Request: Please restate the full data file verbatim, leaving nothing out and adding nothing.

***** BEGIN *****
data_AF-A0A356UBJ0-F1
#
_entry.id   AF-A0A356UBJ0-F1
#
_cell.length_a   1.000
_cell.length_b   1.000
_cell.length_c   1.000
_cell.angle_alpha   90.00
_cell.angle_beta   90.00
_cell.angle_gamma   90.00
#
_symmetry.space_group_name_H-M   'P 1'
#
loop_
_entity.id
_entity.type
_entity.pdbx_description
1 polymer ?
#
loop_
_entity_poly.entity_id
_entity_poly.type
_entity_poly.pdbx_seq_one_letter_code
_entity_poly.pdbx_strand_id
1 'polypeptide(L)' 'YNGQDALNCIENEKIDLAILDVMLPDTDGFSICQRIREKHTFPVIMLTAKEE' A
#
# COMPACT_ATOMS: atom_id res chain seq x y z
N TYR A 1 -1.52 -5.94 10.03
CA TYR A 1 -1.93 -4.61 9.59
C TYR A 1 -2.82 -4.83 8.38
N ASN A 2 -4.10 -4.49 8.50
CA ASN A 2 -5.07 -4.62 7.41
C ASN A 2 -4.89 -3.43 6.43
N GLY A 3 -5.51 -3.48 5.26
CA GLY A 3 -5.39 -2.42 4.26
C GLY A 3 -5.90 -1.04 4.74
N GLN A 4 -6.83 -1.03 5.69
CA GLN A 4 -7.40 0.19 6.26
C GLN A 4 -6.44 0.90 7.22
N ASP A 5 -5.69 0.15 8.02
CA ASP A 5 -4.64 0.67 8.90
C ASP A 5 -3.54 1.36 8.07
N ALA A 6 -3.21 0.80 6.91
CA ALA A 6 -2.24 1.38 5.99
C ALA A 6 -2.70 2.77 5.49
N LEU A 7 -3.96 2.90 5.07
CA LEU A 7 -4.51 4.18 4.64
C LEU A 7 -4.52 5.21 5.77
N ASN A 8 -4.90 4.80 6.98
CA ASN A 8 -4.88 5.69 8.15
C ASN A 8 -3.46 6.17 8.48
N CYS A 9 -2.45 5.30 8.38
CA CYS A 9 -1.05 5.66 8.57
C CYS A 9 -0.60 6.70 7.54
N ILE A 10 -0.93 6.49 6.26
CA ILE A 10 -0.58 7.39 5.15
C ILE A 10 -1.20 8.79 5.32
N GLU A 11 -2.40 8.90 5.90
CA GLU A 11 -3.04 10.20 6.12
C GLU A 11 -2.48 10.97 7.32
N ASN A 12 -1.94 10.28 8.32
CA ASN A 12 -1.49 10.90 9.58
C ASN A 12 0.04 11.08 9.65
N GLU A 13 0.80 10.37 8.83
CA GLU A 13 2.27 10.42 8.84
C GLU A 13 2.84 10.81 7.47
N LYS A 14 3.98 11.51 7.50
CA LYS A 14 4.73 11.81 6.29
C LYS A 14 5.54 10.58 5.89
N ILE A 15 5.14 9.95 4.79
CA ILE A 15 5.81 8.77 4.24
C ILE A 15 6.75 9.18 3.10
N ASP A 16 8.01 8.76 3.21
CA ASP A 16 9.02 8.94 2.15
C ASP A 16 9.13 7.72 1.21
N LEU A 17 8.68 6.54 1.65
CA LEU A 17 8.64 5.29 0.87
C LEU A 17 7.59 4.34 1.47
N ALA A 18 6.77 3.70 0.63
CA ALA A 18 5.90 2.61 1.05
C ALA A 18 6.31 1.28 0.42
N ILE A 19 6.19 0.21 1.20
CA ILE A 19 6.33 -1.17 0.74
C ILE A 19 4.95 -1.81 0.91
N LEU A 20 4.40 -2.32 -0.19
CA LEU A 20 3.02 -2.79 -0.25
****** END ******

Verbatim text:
data_AF-A0A356UBJ0-F1
#
_entry.id   AF-A0A356UBJ0-F1
#
_cell.length_a   1.000
_cell.length_b   1.000
_cell.length_c   1.000
_cell.angle_alpha   90.00
_cell.angle_beta   90.00
_cell.angle_gamma   90.00
#
_symmetry.space_group_name_H-M   'P 1'
#
loop_
_entity.id
_entity.type
_entity.pdbx_description
1 polymer ?
#
loop_
_entity_poly.entity_id
_entity_poly.type
_entity_poly.pdbx_seq_one_letter_code
_entity_poly.pdbx_strand_id
1 'polypeptide(L)' 'YNGQDALNCIENEKIDLAILDVMLPDTDGFSICQRIREKHTFPVIMLTAKEE' A
#
# COMPACT_ATOMS: atom_id res chain seq x y z
N TYR A 1 -1.52 -5.94 10.03
CA TYR A 1 -1.93 -4.61 9.59
C TYR A 1 -2.82 -4.83 8.38
N ASN A 2 -4.10 -4.49 8.50
CA ASN A 2 -5.07 -4.62 7.41
C ASN A 2 -4.89 -3.43 6.43
N GLY A 3 -5.51 -3.48 5.26
CA GLY A 3 -5.39 -2.42 4.26
C GLY A 3 -5.90 -1.04 4.74
N GLN A 4 -6.83 -1.03 5.69
CA GLN A 4 -7.40 0.19 6.26
C GLN A 4 -6.44 0.90 7.22
N ASP A 5 -5.69 0.15 8.02
CA ASP A 5 -4.64 0.67 8.90
C ASP A 5 -3.54 1.36 8.07
N ALA A 6 -3.21 0.80 6.91
CA ALA A 6 -2.24 1.38 5.99
C ALA A 6 -2.70 2.77 5.49
N LEU A 7 -3.96 2.90 5.07
CA LEU A 7 -4.51 4.18 4.64
C LEU A 7 -4.52 5.21 5.77
N ASN A 8 -4.90 4.80 6.98
CA ASN A 8 -4.88 5.69 8.15
C ASN A 8 -3.46 6.17 8.48
N CYS A 9 -2.45 5.30 8.38
CA CYS A 9 -1.05 5.66 8.57
C CYS A 9 -0.60 6.70 7.54
N ILE A 10 -0.93 6.49 6.26
CA ILE A 10 -0.58 7.39 5.15
C ILE A 10 -1.20 8.79 5.32
N GLU A 11 -2.40 8.90 5.90
CA GLU A 11 -3.04 10.20 6.12
C GLU A 11 -2.48 10.97 7.32
N ASN A 12 -1.94 10.28 8.32
CA ASN A 12 -1.49 10.90 9.58
C ASN A 12 0.04 11.08 9.65
N GLU A 13 0.80 10.37 8.83
CA GLU A 13 2.27 10.42 8.84
C GLU A 13 2.84 10.81 7.47
N LYS A 14 3.98 11.51 7.50
CA LYS A 14 4.73 11.81 6.29
C LYS A 14 5.54 10.58 5.89
N ILE A 15 5.14 9.95 4.79
CA ILE A 15 5.81 8.77 4.24
C ILE A 15 6.75 9.18 3.10
N ASP A 16 8.01 8.76 3.21
CA ASP A 16 9.02 8.94 2.15
C ASP A 16 9.13 7.72 1.21
N LEU A 17 8.68 6.54 1.65
CA LEU A 17 8.64 5.29 0.87
C LEU A 17 7.59 4.34 1.47
N ALA A 18 6.77 3.70 0.63
CA ALA A 18 5.90 2.61 1.05
C ALA A 18 6.31 1.28 0.42
N ILE A 19 6.19 0.21 1.20
CA ILE A 19 6.33 -1.17 0.74
C ILE A 19 4.95 -1.81 0.91
N LEU A 20 4.40 -2.32 -0.19
CA LEU A 20 3.02 -2.79 -0.25